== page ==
Prognostic Evaluation of Catalytic Iron in Patients With Acute Coronary Syndromes
Article first published online: 3 FEB 2013
© 2013 Wiley Periodicals, Inc.
Volume 36, Issue 3, pages 139–145, March 2013
How to Cite
Steen, D. L., Cannon, C. P., Lele, S. S., Rajapurkar, M. M., Mukhopadhyay, B., Scirica, B. M., Murphy, S. A. and Morrow, D. A. (2013), Prognostic Evaluation of Catalytic Iron in Patients With Acute Coronary Syndromes. Clin Cardiol, 36: 139–145. doi: 10.1002/clc.22089
- Issue published online: 12 MAR 2013
- Article first published online: 3 FEB 2013
- Manuscript Accepted: 21 NOV 2012
- Manuscript Received: 20 SEP 2012
The potential of iron to generate reactive oxygen species has motivated a long-standing interest in whether excess iron is causally linked to atherosclerotic heart disease. Circulating catalytic iron (“free” iron) is that which is not bound to transferrin or ferritin and is available to generate reactive oxygen species that may have deleterious vascular effects.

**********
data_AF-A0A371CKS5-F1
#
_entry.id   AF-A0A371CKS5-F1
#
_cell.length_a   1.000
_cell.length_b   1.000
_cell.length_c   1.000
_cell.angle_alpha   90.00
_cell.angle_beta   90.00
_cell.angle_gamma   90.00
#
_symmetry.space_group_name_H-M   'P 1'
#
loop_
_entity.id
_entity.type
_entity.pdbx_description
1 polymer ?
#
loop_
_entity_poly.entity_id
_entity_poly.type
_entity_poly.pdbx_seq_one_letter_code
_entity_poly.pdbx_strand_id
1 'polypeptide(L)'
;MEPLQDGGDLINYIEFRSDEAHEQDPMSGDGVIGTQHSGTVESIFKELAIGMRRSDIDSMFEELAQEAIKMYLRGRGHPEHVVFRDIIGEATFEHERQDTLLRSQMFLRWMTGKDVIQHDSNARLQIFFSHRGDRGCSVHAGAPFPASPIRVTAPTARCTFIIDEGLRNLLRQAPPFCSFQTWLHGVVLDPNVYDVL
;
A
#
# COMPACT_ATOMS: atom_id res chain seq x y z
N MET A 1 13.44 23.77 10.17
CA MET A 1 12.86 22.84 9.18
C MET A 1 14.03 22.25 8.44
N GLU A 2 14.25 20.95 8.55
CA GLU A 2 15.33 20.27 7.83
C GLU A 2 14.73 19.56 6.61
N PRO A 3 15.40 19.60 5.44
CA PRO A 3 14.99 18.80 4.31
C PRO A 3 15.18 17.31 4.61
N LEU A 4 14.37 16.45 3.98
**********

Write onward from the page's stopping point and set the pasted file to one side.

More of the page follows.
We hypothesized that increased levels of catalytic iron would be associated with increased cardiovascular events.
We investigated the association of catalytic iron with clinical outcomes in 1701 patients with unstable angina, non–ST-segment elevation myocardial infarction (MI), or ST-segment elevation MI who were followed for a median of 10 months. All endpoints were adjudicated by a blinded Clinical End Points Committee.
The median catalytic iron level was significantly higher in those who died, 0.45 µmol/L (0.37, 0.57), compared with survivors, 0.37µmol/L (0.31, 0.46; P = 0.016). Catalytic iron was associated with a stepwise increased risk of death, with the highest quartile at an almost 4-fold risk compared with baseline (hazard ratio: 3.94, P = 0.035), which persisted after adjustment for age, diabetes, prior MI, prior congestive heart failure, ST-segment deviation, creatinine clearance, B-type natriuretic peptide, smoking, and Killip class (adjusted hazard ratio: 3.97, P = 0.036). There was no association between catalytic iron and risk of MI, recurrent ischemia, heart failure, or bleeding.
Increasing catalytic iron levels were associated with increased all-cause mortality. Although our findings suggest that catalytic iron is not likely to add to available tools as a routine biomarker for risk stratification of recurrent ischemic events, its association with mortality is intriguing and leaves open the question of whether cardiovascular therapeutics aimed at catalytic iron may be useful.
The TIMI Study Group has received research grant support from the Muljibhai Patel Society for Research in Nephro-Urology. There are no other financial relationships, or conflicts of interest relevant to this manuscript to disclose.